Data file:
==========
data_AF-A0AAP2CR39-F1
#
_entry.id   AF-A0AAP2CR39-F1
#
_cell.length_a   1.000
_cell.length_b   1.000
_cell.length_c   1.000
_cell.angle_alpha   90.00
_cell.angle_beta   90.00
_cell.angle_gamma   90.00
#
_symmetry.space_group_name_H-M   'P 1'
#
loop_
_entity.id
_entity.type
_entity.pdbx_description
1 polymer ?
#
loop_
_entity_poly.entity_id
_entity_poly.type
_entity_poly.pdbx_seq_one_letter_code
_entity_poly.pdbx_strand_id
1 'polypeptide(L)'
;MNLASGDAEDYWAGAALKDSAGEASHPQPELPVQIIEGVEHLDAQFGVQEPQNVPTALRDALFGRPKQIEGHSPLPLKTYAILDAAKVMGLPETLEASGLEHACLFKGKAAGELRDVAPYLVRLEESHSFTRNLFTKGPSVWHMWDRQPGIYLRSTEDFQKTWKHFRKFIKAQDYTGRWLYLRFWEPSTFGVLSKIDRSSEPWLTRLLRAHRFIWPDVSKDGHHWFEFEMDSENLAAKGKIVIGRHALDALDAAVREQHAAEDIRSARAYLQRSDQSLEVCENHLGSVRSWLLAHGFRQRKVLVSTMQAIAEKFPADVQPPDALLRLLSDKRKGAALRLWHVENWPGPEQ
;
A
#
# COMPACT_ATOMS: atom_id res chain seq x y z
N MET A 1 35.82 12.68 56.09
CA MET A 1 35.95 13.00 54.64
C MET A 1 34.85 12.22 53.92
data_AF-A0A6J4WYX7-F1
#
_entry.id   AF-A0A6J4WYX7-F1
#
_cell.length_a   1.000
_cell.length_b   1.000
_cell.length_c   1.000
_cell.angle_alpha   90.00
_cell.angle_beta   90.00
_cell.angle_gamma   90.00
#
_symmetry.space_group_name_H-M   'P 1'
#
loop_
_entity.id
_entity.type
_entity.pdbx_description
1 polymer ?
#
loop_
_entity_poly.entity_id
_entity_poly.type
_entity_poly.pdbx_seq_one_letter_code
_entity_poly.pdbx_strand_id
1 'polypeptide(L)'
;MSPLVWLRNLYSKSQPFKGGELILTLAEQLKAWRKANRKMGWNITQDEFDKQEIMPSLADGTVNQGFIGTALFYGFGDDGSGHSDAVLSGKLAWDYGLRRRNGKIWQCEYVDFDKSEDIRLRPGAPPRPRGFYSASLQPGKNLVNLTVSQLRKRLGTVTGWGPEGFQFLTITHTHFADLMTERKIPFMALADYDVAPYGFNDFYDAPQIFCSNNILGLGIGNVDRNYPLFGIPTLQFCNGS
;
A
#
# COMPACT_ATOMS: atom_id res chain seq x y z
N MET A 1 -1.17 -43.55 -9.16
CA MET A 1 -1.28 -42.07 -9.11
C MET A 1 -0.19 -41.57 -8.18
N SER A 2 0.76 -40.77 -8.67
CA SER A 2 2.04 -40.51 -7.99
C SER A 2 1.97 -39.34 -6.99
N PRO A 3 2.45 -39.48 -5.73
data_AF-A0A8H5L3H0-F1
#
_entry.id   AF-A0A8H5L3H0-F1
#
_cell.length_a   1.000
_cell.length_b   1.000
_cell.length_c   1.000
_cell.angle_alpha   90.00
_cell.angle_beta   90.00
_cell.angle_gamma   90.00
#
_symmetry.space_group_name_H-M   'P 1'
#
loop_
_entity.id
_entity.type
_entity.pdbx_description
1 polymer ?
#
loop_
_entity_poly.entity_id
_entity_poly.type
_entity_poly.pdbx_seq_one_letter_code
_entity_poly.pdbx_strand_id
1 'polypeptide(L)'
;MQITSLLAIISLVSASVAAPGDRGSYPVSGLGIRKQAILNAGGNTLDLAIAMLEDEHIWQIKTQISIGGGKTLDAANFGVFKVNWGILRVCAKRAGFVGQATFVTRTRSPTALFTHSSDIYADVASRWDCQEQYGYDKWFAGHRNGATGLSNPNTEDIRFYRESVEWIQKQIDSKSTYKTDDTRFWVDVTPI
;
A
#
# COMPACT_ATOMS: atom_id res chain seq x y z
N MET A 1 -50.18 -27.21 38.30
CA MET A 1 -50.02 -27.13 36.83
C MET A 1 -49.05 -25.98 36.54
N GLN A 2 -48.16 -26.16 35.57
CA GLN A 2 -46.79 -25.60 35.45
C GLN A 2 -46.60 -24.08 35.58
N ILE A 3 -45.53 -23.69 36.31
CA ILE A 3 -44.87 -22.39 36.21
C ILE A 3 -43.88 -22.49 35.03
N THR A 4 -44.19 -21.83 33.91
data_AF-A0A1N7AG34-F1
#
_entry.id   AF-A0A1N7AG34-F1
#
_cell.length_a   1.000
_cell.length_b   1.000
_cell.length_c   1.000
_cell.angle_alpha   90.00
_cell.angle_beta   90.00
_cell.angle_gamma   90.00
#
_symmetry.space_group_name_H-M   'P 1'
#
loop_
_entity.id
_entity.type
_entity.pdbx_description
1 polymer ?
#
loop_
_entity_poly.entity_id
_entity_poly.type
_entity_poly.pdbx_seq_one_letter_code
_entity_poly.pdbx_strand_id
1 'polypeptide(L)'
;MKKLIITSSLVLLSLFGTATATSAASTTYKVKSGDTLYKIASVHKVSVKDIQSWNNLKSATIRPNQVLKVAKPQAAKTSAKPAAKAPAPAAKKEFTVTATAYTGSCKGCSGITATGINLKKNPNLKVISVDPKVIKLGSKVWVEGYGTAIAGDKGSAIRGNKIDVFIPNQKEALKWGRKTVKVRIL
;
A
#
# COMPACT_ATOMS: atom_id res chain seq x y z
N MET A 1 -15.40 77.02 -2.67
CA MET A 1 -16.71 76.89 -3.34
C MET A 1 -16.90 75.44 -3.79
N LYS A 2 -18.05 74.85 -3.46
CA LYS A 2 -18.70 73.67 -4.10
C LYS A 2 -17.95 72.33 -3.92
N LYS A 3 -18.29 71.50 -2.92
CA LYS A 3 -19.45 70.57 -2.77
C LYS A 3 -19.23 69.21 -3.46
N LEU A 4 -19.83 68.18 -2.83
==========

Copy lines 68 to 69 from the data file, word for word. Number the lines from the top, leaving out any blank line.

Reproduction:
CA SER A 2 2.04 -40.51 -7.99
C SER A 2 1.97 -39.34 -6.99